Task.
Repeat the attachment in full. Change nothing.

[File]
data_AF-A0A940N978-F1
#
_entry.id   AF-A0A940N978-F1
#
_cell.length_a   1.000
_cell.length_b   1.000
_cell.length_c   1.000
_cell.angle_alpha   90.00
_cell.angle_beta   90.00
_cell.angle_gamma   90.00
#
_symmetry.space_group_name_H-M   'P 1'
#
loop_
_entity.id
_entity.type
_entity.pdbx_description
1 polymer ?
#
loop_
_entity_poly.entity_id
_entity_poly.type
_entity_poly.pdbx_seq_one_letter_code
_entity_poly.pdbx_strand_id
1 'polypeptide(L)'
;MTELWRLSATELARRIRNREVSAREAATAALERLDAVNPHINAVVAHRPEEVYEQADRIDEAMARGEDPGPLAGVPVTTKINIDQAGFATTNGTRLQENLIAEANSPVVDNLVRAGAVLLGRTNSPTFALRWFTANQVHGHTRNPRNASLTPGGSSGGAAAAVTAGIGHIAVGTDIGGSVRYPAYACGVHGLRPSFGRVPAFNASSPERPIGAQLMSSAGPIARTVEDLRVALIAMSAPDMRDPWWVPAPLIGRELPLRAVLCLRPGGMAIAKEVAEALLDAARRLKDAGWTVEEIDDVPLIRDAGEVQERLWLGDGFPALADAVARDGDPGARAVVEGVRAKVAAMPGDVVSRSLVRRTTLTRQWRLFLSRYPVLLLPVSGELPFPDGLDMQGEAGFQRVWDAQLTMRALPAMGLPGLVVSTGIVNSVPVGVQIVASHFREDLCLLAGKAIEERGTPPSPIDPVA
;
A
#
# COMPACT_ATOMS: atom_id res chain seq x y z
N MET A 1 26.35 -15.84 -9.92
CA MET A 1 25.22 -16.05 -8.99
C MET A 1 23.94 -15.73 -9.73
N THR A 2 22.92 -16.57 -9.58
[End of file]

data_AF-A0A940N978-F1
#
_entry.id   AF-A0A940N978-F1
#
_cell.length_a   1.000
_cell.length_b   1.000
_cell.length_c   1.000
_cell.angle_alpha   90.00
_cell.angle_beta   90.00
_cell.angle_gamma   90.00
#
_symmetry.space_group_name_H-M   'P 1'
#
loop_
_entity.id
_entity.type
_entity.pdbx_description
1 polymer ?
#
loop_
_entity_poly.entity_id
_entity_poly.type
_entity_poly.pdbx_seq_one_letter_code
_entity_poly.pdbx_strand_id
1 'polypeptide(L)'
;MTELWRLSATELARRIRNREVSAREAATAALERLDAVNPHINAVVAHRPEEVYEQADRIDEAMARGEDPGPLAGVPVTTKINIDQAGFATTNGTRLQENLIAEANSPVVDNLVRAGAVLLGRTNSPTFALRWFTANQVHGHTRNPRNASLTPGGSSGGAAAAVTAGIGHIAVGTDIGGSVRYPAYACGVHGLRPSFGRVPAFNASSPERPIGAQLMSSAGPIARTVEDLRVALIAMSAPDMRDPWWVPAPLIGRELPLRAVLCLRPGGMAIAKEVAEALLDAARRLKDAGWTVEEIDDVPLIRDAGEVQERLWLGDGFPALADAVARDGDPGARAVVEGVRAKVAAMPGDVVSRSLVRRTTLTRQWRLFLSRYPVLLLPVSGELPFPDGLDMQGEAGFQRVWDAQLTMRALPAMGLPGLVVSTGIVNSVPVGVQIVASHFREDLCLLAGKAIEERGTPPSPIDPVA
;
A
#
# COMPACT_ATOMS: atom_id res chain seq x y z
N MET A 1 26.35 -15.84 -9.92
CA MET A 1 25.22 -16.05 -8.99
C MET A 1 23.94 -15.73 -9.73
N THR A 2 22.92 -16.57 -9.58